Benelux customers, especially younger ones, are more and more hooked on their phones and the idea of having all kinds of services right at their fingertips. Banking is no different. Traditional financial institutions, however, seem to be a bit late to the party and so far only a handful of digital-only challengers have broken into the market. Are they a force to be reckoned with?

When it comes to the number of users, the digital banking sector in the Netherlands, Belgium and Luxembourg is booming. In online banking penetration, the three countries are clearly in the lead, being ranked no. 4, no. 9 and no. 10 respectively among the 28 EU member states. Almost 89% of Dutch people used some form of online banking in 2018, while the figure is 68.7% for Belgians and 67.7% for Luxembourgians – all well above the European average of 54.3%.

Mobile is becoming king: today, 66% of the Dutch population bank on their phones, compared to just 6% in 2006 and 80% of mobile banking customers use their app at least once a week. For a growing number of customers, apps have become the primary channel for interacting with banks, overtaking local branches and even internet banking. In fact, about half of Dutch customers expect branches to eventually become obsolete. Similarly, about 45% of Belgians have a mobile-first attitude to banking and over 80% prefer to make payments on their smartphone. In Luxembourg, the figures may be lower but things are changing pretty fast. In 2018, 62% of smartphone owners had used their device for banking, up from 53% in 2016 and just 41% the year before.

Quick digital services have become a primal need

No wonder, really: according to Boston Consultancy Group’s 2015 report, two thirds of people would rather quit chocolate or alcohol than lose out on mobile internet access. More than half would sacrifice coffee and movies, a third would give up their cars and more than a quarter would even go without sex as long as they were connected. As W.UP’s Head of Alliances, Remco Veenenberg explains: “Nowadays mobile internet and quick services have become a primal need. And it’s only going to intensify with Gen Z becoming the largest population segment in a little while. Challengers keep wowing customers with their fast and slick mobile apps. Banks that can’t keep pace and offer the same experience will inevitably fall behind.”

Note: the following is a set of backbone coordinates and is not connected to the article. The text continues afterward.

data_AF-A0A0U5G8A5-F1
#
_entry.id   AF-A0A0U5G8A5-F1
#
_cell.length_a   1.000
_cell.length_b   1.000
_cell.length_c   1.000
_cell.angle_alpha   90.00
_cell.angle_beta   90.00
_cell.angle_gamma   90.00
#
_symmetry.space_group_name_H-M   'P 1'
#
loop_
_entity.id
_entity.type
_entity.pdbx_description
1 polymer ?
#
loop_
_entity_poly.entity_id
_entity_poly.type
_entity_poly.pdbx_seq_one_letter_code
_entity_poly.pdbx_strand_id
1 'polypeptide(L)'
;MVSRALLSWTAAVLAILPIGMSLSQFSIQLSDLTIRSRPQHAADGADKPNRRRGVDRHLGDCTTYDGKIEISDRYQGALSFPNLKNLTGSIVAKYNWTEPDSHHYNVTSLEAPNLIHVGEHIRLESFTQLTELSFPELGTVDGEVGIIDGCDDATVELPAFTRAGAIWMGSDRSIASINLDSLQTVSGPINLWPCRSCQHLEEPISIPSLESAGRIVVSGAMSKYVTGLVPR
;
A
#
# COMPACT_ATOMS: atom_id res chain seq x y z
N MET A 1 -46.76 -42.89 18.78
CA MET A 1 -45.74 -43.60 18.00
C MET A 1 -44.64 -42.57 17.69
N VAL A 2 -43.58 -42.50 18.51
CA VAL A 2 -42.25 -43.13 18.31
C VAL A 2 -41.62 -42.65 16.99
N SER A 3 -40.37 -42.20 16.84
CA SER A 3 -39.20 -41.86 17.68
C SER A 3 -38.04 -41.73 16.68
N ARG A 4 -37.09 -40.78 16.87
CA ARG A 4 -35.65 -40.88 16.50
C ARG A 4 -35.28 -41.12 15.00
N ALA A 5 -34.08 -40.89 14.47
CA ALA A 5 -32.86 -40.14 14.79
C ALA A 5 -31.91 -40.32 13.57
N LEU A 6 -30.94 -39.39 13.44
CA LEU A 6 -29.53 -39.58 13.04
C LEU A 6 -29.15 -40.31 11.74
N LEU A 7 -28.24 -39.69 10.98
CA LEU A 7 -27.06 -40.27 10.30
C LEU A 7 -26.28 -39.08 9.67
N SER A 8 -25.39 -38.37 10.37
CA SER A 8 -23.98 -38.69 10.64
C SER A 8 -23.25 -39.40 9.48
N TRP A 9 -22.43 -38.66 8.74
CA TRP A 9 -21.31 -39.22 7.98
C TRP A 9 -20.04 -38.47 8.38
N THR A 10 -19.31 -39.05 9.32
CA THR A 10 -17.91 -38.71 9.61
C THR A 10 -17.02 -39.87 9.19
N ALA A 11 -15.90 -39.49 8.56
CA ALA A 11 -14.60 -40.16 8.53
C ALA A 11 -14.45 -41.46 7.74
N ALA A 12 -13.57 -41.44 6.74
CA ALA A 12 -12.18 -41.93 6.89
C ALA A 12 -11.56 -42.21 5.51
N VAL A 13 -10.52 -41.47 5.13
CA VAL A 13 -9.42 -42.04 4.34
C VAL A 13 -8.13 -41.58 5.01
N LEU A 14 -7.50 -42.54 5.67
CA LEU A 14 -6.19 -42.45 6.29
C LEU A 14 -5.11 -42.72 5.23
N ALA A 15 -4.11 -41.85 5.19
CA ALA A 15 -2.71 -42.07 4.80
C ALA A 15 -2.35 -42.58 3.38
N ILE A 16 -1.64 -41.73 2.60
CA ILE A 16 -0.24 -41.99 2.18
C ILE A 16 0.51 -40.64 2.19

At the same time, the Benelux countries are right on track to become a cashless society. In 2017, nearly a third of Belgians and Dutch were unlikely to carry cash, while in Luxembourg, the rate was 24% – all above the European average (21%). In response to this, cash machines are fast disappearing or becoming uniformised. For example, ING, Rabobank and ABN Amro, the three major Dutch banks, are launching bank-independent ATMs in 2019 to cut down on unnecessary costs while maintaining availability.

Digital maturity: A long way to go

However, financial institutions’ digital maturity in the Benelux region is far from advanced. In fact, Deloitte’s EMEA Digital Banking Maturity 2018, examining functionality, customer demand and mobile user experience at 248 banks across 38 countries, puts all three markets into the category of ‘digital adopters’, trailing behind ‘digital champions’ like Spain and Switzerland and ‘digital smart followers’, such as Finland and Norway.

The study also found that:

Benelux digital banking market: enter with caution